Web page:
Same goes for racism.

It’s easy to look at small periods of time when things seem to get worse and panic. It’s also easy to look at those small periods of time and think “well, we’ve made absolutely no progress”.

Looking at the bigger picture, however, often leads a better, more accurate and more positive estimate of the state of racism.

Below are some examples of the progress we have made of the past few decades.


In the 50’s the law said blacks and whites were different and that they couldn’t drink from the same fountains or swim in the same pools. Today we have a black president. That’s progress.

In the 50’s only 4% of the population approved of interracial marriages. Today, this number is at over 80%. That’s progress.

In the first 53 years (1928-1981) of the Oscars, there were a total of 8 non-white nominees for “best actor in a leading role”. In the past 34 years since there have been 20 non-white nominees for the aforementioned category.

Again, if you look at the smaller picture (today), you might think things are worst or not progressing. If you look back on how far we’ve come, however, you’ll see progress!

Focusing on progress doesn’t mean ignoring the problem.

Focusing on progress simply means that we don’t falsely believe we’re doing worse than we actually are.

That kind of thinking can actually lead people to lose hope. Without hope, we’ve got nothing.

Yes, there is still racism. But it’s not as widespread as some of us might think.

At the minimum, it’s not as widespread as it used to be. It’s important to remember all the progress we’ve made, so we can remain hopeful and keep working on an even better future.

4. Racism vs. Capitalism

An argument that is often used to point to racism is that blacks are more likely to be arrested and convicted of crimes than whites. That does not imply racism.

First, crime and poverty have often been found to be correlated. This does not mean one causes the other or vice versa.

It simply means that often, when one is present (crime or poverty), the other is as well.

This correlation is not unique to the US. It is present in many countries around the world, including Sweden.

In the US, it just so happens that black people happen to be at the bottom of the socio-economic status.

To bolster this argument further, let’s explore the case of Asian Americans.

Asian Americans are a minority group, making up only about 6% of the US populations.

Asian Americans have some of the lowest crime rates in the US. As of 2013, Asians were in the highest income bracket in the US.

This stat further emphasizes the correlation between crime and poverty. It suggests that it’s not about race; it’s about money. Where there is more poverty, there’ll tend to be more crimes and arrest.

Attributing the high incarceration rate of African Americans to racism, causes us to ignore the real issue: income inequality.

If we keep trying to solve the “racism problem”, we’ll keep missing the real issue: Giving the poor & the disenfranchised (whether it’s African Americans, Latinos, Native Americans, and even Whites) MORE economic opportunities.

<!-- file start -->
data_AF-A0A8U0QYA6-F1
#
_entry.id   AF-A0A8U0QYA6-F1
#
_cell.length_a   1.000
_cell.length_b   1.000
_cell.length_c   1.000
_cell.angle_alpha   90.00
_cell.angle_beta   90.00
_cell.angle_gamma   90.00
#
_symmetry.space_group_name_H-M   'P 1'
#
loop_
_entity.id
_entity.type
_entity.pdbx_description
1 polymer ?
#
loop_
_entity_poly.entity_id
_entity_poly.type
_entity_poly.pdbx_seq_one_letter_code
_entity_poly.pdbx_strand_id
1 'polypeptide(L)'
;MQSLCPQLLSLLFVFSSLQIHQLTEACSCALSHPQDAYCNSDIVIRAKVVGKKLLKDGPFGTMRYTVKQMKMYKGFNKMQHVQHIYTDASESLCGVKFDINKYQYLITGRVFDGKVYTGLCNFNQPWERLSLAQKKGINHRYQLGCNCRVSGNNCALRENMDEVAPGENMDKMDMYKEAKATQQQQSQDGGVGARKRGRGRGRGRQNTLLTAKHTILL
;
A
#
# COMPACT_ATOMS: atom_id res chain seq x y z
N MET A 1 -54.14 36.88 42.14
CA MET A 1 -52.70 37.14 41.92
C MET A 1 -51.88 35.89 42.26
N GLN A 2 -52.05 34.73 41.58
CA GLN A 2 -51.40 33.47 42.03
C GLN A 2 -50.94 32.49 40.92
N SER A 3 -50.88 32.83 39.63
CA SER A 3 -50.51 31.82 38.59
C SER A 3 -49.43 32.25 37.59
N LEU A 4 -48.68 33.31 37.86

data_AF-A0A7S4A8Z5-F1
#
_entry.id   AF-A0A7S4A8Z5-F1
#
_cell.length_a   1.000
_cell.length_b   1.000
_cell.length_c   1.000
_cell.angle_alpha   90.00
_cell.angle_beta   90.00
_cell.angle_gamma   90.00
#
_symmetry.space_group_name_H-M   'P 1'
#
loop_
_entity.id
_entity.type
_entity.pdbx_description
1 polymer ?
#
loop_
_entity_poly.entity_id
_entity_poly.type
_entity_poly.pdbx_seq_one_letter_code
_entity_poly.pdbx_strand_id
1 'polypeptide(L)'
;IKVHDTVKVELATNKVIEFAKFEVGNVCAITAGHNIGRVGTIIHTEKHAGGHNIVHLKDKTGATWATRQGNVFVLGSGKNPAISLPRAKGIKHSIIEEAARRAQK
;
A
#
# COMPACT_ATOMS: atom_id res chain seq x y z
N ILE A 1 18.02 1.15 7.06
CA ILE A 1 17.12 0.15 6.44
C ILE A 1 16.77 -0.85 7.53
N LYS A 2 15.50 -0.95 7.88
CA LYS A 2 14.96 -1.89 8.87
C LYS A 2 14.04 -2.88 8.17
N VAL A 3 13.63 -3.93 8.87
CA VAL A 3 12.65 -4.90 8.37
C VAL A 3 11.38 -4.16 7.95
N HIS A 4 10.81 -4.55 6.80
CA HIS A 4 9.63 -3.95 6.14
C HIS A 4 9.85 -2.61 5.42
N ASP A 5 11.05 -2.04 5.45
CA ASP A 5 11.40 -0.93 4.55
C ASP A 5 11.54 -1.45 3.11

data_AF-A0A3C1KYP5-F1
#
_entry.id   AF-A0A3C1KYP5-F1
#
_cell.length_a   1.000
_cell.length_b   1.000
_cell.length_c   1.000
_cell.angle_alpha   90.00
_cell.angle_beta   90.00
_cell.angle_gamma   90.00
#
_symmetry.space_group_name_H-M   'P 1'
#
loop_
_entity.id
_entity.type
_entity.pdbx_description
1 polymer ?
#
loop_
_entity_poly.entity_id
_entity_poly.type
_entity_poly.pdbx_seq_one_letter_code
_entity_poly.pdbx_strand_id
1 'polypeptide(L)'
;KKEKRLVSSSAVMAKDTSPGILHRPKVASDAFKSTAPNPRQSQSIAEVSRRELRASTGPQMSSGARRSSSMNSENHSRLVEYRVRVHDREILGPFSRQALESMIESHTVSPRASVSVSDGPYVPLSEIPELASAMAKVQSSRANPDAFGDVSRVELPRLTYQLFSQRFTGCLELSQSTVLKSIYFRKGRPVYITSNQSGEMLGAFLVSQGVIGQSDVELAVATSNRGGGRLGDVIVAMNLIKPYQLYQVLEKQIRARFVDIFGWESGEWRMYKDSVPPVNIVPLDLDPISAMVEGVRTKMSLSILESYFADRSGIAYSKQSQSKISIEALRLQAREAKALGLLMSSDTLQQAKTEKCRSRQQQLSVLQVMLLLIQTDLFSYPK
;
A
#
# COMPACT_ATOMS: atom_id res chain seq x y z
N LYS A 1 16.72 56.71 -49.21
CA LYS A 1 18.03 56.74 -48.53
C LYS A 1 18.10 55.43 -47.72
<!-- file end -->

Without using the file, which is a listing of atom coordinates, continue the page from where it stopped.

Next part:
5. The Blame Game

Another reason I don’t believe racism is as widespread is because of the following reason: I think SOME black people blame racism & slavery for their shortcomings for the same reason SOME members of congress blame the President for their shortcomings. It’s also the same reason why SOME basketball players will blame referees after a loss. The same reason why SOME of us blame guns, the media, or politicians for mass shootings. It’s the same reason why SOME of us blame our past for our failures. It’s the same reason why SOME of us blame our spouses during arguments. It’s EASY. It’s a human thing. Saying “maybe I’m not good enough” is one of the hardest things to do in life. So instead, we’ll blame ANYTHING other than the person in the mirror. The few who can blame the one person in the mirror TEND to be more successful.

6. Don’t Lose Hope

I studied psychology in college. So, I know most of us do not make decisions based on facts.

Most of you will not look at the facts I laid in this piece. Instead, you’ll stick to whatever feeling you had before you read the article. For those of you who feel that we racism is still a HUGE issue (without facts), remember this: Feelings are important. But if we base all of our thoughts and actions solely on feelings, then we’re no different than those FEW racists and bigots who feel that they are superior (without facts).

I’m not writing this piece to say that we should stop the fight against racism. Racism is still an issue. I’m writing this to give anyone reading more hope about the future.

Hope because most people (no matter what group they belong to) are good.

Hope because we’ve made tremendous progress over the past few decades, and we will continue to do so.

Finally, we need more hope for the younger generation. I’d like them all to be aware of all this progress we’ve made, so they can be motivated to build an even better future for the following generation. That, in my opinion, is what matters most.